I adore Bulletstorm.
Released in 2011 (Has it really been five years? Shit), Bulletstorm was the last original IP game from People Can Fly before they pried Gears of War out of CliffyB’s cold Hot Topic metal fan embrace. It died an ignominious death on PC – dragged to hell by the bloated carcass that was Games For Windows Live – and faded away on console after about a year. You can find the original edition of it in bargain bins worldwide.
A quick rundown: Bulletstorm is about a guy who fights another guy for revenge and fucks over his friends due to his reckless stupidity. Everybody swears a lot, but the game is still relatively serious, despite bits of buddy comedy. The core mechanical conceit is you run around killing people in varied ways to get “skillshots”, which grant you points used to upgrade your weapons and character. The campaign is pretty short, there’s an arcade mode for score runs, and there’s a co-op wave survival mode.
What made Bulletstorm great was that it paradoxically didn’t really emphasize shooting so much as using and understanding your surroundings. Getting skillshots beyond “shoot a guy in the balls” involved finding areas where you could leash and kick (Oh yeah, you get a whip that pulls enemies to you and a kick to send them flying too) enemies around, positioning them for ridiculous kills. Spatial awareness was more important than accuracy, especially since most of the guns were perfectly accurate without aiming and a lot of them didn’t even use bullets.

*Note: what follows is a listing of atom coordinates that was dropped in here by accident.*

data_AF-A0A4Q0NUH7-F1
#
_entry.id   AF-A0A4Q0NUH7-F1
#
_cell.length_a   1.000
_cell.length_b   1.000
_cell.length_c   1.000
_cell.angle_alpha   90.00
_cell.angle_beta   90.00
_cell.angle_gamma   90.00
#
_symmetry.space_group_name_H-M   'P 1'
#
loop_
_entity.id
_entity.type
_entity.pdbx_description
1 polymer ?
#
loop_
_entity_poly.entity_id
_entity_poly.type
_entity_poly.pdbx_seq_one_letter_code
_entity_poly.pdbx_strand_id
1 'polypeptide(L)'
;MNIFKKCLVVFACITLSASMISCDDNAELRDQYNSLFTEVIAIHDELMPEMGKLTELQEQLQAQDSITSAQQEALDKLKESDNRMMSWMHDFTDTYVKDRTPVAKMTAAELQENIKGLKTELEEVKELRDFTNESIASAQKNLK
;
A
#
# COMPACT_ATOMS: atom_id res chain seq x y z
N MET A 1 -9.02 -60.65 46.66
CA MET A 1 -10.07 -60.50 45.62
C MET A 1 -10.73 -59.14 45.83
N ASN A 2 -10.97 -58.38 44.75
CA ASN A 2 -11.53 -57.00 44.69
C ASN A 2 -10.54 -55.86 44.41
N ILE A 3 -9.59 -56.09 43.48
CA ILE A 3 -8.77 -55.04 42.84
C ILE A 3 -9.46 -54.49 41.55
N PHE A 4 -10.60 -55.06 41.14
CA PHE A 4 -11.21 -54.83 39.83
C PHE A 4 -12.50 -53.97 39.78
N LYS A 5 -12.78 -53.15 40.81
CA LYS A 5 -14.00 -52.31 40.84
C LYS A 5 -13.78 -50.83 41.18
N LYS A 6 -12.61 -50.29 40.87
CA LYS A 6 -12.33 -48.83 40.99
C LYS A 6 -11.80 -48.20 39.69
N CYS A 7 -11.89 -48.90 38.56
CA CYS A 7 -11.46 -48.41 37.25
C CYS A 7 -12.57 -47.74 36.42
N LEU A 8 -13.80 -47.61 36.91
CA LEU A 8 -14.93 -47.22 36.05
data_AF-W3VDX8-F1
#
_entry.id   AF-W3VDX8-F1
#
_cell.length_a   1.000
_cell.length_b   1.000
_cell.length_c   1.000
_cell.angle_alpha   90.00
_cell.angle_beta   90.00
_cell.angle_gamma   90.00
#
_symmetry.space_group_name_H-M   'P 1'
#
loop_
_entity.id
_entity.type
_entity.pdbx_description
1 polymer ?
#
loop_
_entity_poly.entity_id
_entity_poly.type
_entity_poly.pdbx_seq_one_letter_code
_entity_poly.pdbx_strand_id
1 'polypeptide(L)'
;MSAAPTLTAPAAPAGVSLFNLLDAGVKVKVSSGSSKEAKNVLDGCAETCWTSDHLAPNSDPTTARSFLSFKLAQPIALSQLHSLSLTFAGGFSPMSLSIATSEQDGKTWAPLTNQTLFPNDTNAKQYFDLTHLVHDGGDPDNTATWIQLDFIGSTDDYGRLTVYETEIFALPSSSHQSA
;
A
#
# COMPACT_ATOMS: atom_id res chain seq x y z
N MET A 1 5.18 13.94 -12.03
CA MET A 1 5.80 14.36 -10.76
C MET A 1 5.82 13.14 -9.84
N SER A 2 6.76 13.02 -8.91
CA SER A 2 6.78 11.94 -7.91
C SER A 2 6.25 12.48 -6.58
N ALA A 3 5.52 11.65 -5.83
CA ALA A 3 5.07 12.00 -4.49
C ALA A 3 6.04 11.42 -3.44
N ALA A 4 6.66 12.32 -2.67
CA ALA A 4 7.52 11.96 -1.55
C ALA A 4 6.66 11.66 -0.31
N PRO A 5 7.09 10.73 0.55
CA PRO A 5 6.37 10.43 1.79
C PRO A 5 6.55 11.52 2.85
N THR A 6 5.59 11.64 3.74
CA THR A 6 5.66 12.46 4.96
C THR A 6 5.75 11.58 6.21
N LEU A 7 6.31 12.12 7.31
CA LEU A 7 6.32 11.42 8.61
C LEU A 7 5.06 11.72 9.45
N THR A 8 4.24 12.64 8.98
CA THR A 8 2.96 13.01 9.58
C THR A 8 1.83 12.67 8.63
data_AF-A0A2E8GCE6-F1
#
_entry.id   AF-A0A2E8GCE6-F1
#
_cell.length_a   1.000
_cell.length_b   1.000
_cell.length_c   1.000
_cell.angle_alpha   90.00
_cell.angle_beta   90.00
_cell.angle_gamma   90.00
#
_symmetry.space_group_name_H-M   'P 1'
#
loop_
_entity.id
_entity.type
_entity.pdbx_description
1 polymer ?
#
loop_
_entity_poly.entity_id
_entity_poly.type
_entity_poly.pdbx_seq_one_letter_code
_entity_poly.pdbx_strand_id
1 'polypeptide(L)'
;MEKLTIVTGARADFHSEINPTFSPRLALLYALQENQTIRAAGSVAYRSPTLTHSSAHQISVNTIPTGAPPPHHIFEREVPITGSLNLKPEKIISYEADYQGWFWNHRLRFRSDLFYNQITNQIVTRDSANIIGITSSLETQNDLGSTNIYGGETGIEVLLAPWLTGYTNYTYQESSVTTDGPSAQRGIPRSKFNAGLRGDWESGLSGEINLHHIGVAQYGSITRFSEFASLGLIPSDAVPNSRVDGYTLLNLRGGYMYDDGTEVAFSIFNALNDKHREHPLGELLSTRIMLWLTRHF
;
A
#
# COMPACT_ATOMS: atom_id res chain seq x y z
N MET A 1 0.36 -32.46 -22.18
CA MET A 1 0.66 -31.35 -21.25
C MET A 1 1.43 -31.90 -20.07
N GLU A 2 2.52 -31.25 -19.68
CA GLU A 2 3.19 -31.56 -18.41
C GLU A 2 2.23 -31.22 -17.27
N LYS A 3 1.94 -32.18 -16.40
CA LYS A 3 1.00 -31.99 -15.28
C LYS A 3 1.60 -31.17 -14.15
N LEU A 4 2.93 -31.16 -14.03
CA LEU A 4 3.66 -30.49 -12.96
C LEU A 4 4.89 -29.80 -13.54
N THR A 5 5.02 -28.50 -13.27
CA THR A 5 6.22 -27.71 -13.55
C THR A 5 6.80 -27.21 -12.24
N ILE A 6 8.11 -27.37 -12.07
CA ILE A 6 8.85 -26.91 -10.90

You had a gun that fired an explosive bolo that you could use to wrap an enemy up, kick him into his friends, and then detonate. You had a cannon that fired explosive cannonballs you could kick around for mayhem purposes. You had a revolver that fired flares which would lift enemies into the sky before gibbing them. It was a game that encouraged you to try out every weapon, not because an enemy was immune or because it had great damage output, but because every single gun was just so fucking fun to use. And then when you got tired of shooting enemies, you could feed them to plants, kick them into spikes, electrocute them, explode them with sausage carts, and so on.
If anything, Bulletstorm is a puzzle game, a way for players to figure out “what is the coolest fucking way I can kill this hapless baddie.” The campaign was a litany of lovely set pieces, from fighting through a seaside resort to controlling a giant robotic dinosaur to weathering a massive tropical storm. It moved at breakneck pace, refusing to force you into long slogs without some new gun or enemy to work with. And when you really get into collecting the skillshots, the puzzles become actually hard; some skillshots require certain areas of the game to perform, which you only figure out by experimenting in arcade mode or by replaying the game over and over (not a bad thing).
The writing was great for what the game wanted – the commercials made it look like the dumbest shit ever but it was surprisingly thoughtful – and the game never just stopped for filler like most shooters. There was a surprising amount of pathos to the characters, even when they were yelling absurd obscenities at each other, and the story it tells, while not unique, is executed with grace you wouldn’t expect from all the nutshots and gibs.
It was a breath of fresh air, a singularly genius single-player game that pulled every one of its systems back towards a cohesive goal: to allow the player to cause as much mayhem as possible, and reward them for it. It encouraged player creativity in a way very few FPS games actually do. Future games would replicate some of this to good effect – notably Call of Juarez Gunslinger, whose arcade mode is eerily similar to Bulletstorm’s – but nobody managed to find the right mix of thoughtful gunning and variety that Bulletstorm offered. It really is a special game.
I gave it a glowing review back in 2011 when I reviewed it for (now defunct) Big Download, and if anything my love for it has only grown. Bulletstorm may be the perfect single-player FPS, and it flew under everybody’s radar. Don’t let the remake pass you by.